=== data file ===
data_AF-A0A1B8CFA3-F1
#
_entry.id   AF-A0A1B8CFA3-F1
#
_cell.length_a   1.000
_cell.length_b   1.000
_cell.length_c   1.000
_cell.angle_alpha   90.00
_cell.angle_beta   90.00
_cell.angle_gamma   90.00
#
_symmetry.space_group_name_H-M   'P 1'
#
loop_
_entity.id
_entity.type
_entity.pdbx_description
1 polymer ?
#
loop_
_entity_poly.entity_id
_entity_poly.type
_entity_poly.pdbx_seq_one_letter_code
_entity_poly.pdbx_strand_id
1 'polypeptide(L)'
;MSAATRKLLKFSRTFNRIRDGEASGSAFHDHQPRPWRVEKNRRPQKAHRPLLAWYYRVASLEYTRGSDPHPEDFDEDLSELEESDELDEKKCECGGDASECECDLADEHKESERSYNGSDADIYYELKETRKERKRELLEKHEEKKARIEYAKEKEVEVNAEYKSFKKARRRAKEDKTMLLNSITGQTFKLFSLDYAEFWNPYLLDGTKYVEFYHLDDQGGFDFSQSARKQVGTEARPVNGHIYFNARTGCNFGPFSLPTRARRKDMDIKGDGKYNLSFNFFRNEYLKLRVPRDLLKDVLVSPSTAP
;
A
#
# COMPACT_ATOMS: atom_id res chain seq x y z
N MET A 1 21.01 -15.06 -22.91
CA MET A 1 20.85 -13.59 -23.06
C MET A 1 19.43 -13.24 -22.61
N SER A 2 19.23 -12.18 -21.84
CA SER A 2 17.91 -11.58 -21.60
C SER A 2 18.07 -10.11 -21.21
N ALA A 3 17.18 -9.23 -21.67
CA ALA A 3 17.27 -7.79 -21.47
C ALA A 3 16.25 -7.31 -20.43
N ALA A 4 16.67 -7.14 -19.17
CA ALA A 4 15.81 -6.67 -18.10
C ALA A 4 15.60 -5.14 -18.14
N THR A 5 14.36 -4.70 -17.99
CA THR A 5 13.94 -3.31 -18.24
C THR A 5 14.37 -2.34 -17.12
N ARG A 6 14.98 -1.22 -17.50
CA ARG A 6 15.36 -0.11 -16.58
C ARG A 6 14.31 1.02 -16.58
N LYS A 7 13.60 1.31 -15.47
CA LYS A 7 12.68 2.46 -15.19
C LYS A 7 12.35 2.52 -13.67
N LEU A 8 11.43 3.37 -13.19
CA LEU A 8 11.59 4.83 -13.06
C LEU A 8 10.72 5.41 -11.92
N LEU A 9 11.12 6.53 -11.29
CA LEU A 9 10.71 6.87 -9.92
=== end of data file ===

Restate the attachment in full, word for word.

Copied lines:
data_AF-A0A1B8CFA3-F1
#
_entry.id   AF-A0A1B8CFA3-F1
#
_cell.length_a   1.000
_cell.length_b   1.000
_cell.length_c   1.000
_cell.angle_alpha   90.00
_cell.angle_beta   90.00
_cell.angle_gamma   90.00
#
_symmetry.space_group_name_H-M   'P 1'
#
loop_
_entity.id
_entity.type
_entity.pdbx_description
1 polymer ?
#
loop_
_entity_poly.entity_id
_entity_poly.type
_entity_poly.pdbx_seq_one_letter_code
_entity_poly.pdbx_strand_id
1 'polypeptide(L)'
;MSAATRKLLKFSRTFNRIRDGEASGSAFHDHQPRPWRVEKNRRPQKAHRPLLAWYYRVASLEYTRGSDPHPEDFDEDLSELEESDELDEKKCECGGDASECECDLADEHKESERSYNGSDADIYYELKETRKERKRELLEKHEEKKARIEYAKEKEVEVNAEYKSFKKARRRAKEDKTMLLNSITGQTFKLFSLDYAEFWNPYLLDGTKYVEFYHLDDQGGFDFSQSARKQVGTEARPVNGHIYFNARTGCNFGPFSLPTRARRKDMDIKGDGKYNLSFNFFRNEYLKLRVPRDLLKDVLVSPSTAP
;
A
#
# COMPACT_ATOMS: atom_id res chain seq x y z
N MET A 1 21.01 -15.06 -22.91
CA MET A 1 20.85 -13.59 -23.06
C MET A 1 19.43 -13.24 -22.61
N SER A 2 19.23 -12.18 -21.84
CA SER A 2 17.91 -11.58 -21.60
C SER A 2 18.07 -10.11 -21.21
N ALA A 3 17.18 -9.23 -21.67
CA ALA A 3 17.27 -7.79 -21.47
C ALA A 3 16.25 -7.31 -20.43
N ALA A 4 16.67 -7.14 -19.17
CA ALA A 4 15.81 -6.67 -18.10
C ALA A 4 15.60 -5.14 -18.14
N THR A 5 14.36 -4.70 -17.99
CA THR A 5 13.94 -3.31 -18.24
C THR A 5 14.37 -2.34 -17.12
N ARG A 6 14.98 -1.22 -17.50
CA ARG A 6 15.36 -0.11 -16.58
C ARG A 6 14.31 1.02 -16.58
N LYS A 7 13.60 1.31 -15.47
CA LYS A 7 12.68 2.46 -15.19
C LYS A 7 12.35 2.52 -13.67
N LEU A 8 11.43 3.37 -13.19
CA LEU A 8 11.59 4.83 -13.06
C LEU A 8 10.72 5.41 -11.92
N LEU A 9 11.12 6.53 -11.29
CA LEU A 9 10.71 6.87 -9.92